Did you mean right now?
1. Say aloud: “I will do pushups now!”
2. Drop to the floor and do as many pushups as you can get.
3. Stand up and say aloud: “Well done!”
4. Get a pen and paper ASAP and write three things, people, achievements, gifts, etc. you are grateful for. Any three things will do, including how tasty your breakfast was.
5. Read those three things aloud and affirm once again to yourself: “Well done!”
Do those five things and you will be ahead of 99% of the population. I can’t even tell you how far you will be in 5 years because I’m just a bit over three years into a similar program.
Nonetheless, my life has changed dramatically. Comparing to my situation three years ago, I read almost twice as fast, I am about 15 pounds lighter, and earn about 50% more. We lived in a small flat, now my family live in a small house. I broke almost 100 personal fitness records. I had an unfulfilling job, now I have… well, a less-unfulfilling job, with a bigger salary and more responsibility. I became a writer, started a few blogs and self-published a dozen books; I‘ve reached over 60,000 readers.
Let’s break down why those five things are so vital.
Jim Rohn asked about how to develop self-esteem, said that the best thing you could do for yourself is doing the things you’ve resolved to do. If you decided to do something, commit and follow through. If you know something has to be done, just do it!
When your deeds are congruent with your thoughts and words, it ensures miracles for your self-esteem. What is more, people around you start noticing your change, and they enforce this positive feedback loop. Not only you but people around you start to consider you as reliable.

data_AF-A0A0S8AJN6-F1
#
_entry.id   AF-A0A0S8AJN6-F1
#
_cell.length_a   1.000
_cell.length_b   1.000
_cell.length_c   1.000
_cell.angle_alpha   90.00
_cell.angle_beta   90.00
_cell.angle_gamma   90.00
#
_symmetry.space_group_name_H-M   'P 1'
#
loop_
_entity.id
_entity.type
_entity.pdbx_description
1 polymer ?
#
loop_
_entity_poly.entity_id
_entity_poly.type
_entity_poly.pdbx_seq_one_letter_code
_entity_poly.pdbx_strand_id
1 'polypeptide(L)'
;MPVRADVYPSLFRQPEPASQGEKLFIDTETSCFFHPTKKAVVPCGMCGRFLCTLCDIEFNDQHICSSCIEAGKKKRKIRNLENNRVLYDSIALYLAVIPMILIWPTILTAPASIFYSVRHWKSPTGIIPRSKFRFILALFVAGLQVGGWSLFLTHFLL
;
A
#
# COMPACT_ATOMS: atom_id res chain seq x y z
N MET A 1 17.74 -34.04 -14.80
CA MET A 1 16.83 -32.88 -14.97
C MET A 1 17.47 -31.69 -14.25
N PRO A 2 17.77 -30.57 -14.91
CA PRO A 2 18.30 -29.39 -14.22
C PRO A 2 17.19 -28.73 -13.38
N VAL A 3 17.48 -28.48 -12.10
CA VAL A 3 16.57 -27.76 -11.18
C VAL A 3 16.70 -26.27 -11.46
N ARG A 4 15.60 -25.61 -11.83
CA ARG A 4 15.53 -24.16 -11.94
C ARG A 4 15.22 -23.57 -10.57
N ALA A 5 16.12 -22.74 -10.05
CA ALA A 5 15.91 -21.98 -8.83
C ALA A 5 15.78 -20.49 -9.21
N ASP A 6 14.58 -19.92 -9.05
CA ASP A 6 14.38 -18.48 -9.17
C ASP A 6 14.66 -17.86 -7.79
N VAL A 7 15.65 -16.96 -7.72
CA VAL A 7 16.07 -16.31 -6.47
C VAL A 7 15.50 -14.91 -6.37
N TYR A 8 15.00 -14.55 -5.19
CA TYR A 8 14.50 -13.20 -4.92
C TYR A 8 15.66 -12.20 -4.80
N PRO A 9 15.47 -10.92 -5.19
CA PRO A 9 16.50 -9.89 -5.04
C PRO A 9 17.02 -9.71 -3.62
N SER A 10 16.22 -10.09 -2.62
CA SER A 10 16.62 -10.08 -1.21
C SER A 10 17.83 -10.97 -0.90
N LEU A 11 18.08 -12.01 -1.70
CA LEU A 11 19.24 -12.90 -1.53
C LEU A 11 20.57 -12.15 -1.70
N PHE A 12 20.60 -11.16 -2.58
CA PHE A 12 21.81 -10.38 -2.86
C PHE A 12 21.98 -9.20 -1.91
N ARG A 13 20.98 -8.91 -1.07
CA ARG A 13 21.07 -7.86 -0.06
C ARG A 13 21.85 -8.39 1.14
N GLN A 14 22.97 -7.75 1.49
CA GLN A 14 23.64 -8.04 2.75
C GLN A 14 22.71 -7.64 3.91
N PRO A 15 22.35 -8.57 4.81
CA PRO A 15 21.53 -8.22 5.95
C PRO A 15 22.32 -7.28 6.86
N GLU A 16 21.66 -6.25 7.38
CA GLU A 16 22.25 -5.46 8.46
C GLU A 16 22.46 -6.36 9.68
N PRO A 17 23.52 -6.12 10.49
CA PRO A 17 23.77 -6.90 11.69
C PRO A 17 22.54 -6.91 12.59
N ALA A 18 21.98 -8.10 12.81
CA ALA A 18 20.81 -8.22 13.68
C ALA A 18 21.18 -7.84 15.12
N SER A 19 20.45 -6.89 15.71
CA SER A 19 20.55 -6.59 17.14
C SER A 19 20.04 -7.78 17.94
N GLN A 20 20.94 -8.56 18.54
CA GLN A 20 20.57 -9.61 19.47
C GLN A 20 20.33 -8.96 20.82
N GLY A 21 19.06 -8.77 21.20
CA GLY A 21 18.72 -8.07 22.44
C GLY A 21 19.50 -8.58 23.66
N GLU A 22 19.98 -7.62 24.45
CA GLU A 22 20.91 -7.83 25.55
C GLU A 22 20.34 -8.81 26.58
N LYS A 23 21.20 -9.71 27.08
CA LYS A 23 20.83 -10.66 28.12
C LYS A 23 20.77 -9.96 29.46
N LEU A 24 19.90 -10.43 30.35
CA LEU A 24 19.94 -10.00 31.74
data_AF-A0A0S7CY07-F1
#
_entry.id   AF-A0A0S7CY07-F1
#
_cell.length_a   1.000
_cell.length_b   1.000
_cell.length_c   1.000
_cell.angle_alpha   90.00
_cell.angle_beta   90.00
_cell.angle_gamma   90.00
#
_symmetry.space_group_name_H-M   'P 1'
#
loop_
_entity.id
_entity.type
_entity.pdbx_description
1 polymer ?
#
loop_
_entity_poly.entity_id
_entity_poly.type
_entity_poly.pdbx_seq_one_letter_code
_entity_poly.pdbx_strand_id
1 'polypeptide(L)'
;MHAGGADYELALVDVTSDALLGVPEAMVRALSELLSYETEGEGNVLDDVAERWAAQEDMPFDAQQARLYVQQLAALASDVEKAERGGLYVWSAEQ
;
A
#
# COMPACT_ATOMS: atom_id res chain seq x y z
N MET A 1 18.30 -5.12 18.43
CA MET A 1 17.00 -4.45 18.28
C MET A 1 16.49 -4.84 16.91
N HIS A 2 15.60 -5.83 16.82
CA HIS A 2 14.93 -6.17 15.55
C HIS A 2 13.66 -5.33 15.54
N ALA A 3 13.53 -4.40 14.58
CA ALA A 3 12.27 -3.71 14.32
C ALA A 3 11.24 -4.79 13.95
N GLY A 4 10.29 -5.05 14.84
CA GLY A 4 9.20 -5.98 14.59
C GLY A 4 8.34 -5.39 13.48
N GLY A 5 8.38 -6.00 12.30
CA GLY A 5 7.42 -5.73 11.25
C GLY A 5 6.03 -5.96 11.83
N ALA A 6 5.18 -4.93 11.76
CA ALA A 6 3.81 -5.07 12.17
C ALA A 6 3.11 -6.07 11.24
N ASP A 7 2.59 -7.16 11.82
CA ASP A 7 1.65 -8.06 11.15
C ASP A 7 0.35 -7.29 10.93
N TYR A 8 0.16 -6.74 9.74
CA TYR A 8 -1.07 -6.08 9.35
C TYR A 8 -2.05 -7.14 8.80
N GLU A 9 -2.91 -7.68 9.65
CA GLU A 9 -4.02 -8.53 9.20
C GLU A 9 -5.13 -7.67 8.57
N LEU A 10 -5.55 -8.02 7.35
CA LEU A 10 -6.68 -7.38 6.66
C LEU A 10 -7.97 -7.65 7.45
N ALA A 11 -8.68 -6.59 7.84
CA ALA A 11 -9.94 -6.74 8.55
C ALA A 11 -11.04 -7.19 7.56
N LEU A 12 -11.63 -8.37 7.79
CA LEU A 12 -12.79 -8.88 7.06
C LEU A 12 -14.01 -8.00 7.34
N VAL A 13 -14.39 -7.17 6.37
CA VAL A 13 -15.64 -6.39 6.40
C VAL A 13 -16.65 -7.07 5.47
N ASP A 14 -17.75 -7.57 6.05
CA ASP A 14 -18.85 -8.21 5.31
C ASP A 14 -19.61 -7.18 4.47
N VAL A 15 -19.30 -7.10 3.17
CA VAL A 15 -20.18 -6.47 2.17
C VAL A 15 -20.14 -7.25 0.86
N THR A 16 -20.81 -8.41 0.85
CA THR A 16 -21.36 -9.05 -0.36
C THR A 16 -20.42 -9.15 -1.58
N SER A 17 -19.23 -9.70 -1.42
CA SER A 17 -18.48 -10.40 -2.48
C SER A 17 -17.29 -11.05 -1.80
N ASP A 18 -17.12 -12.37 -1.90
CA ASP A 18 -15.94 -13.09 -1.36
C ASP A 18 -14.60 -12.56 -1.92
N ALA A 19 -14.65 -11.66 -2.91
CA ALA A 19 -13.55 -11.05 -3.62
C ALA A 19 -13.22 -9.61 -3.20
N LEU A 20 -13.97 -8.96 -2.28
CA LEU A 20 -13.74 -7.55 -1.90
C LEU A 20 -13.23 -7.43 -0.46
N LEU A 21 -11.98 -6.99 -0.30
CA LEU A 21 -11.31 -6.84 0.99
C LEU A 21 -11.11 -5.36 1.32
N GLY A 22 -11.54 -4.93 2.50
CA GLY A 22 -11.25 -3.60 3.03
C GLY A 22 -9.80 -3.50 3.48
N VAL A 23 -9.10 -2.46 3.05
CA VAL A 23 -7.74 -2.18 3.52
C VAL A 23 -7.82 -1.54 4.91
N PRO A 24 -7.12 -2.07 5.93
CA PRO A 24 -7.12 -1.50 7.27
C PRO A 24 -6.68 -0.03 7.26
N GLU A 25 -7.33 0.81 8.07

2. Exercise is a keystone habit.
People who exercise regularly are more likely to take care about other areas of their life. After some time, they start to pay attention to their spiritual development, finances, relationships — everything.
We weren’t created to sit behind the desk for 8 hours a day. “Sitting is new smoking” is the new fancy saying. Fancy, but true.
Exercises are not some quick fix for life. They are the bottom line. If you start exercising today, according to my experience, in 5 years you will experience a total transformation of your life. For six years, doing a series of pushups was my daily habit. It prepared me for ‘The Slight Edge’ philosophy and the transformation I described above.
3. Positivity works miracles.
Especially when applied to yourself. The self-talk of an average person is full of crap (I’m sorry, I can’t say it mildly). In my book about overcoming shyness, I discussed how I used to trash-talk myself. Every single one of my beta readers said“Yeah, me too.”
Doing research for the same book, I discovered that self-talk is in the coaching agenda of top sport performers. Looking from the outside at them, we common folks, think regarding physical training, drills, and technical equipment. Well, anybody at the top of professional sport takes those things as a given. You cannot sit on your hands and be at the top. But what makes the difference, and what makes the winners is positive self-talk.
BJ Fogg, who studies behavioral changes and developed an awesome concept of Tiny Habits, recommends giving yourself a reward after each repetition of your new habit to enforce a behavior you want to develop. The reward may be as simple as saying “Well done!” to yourself.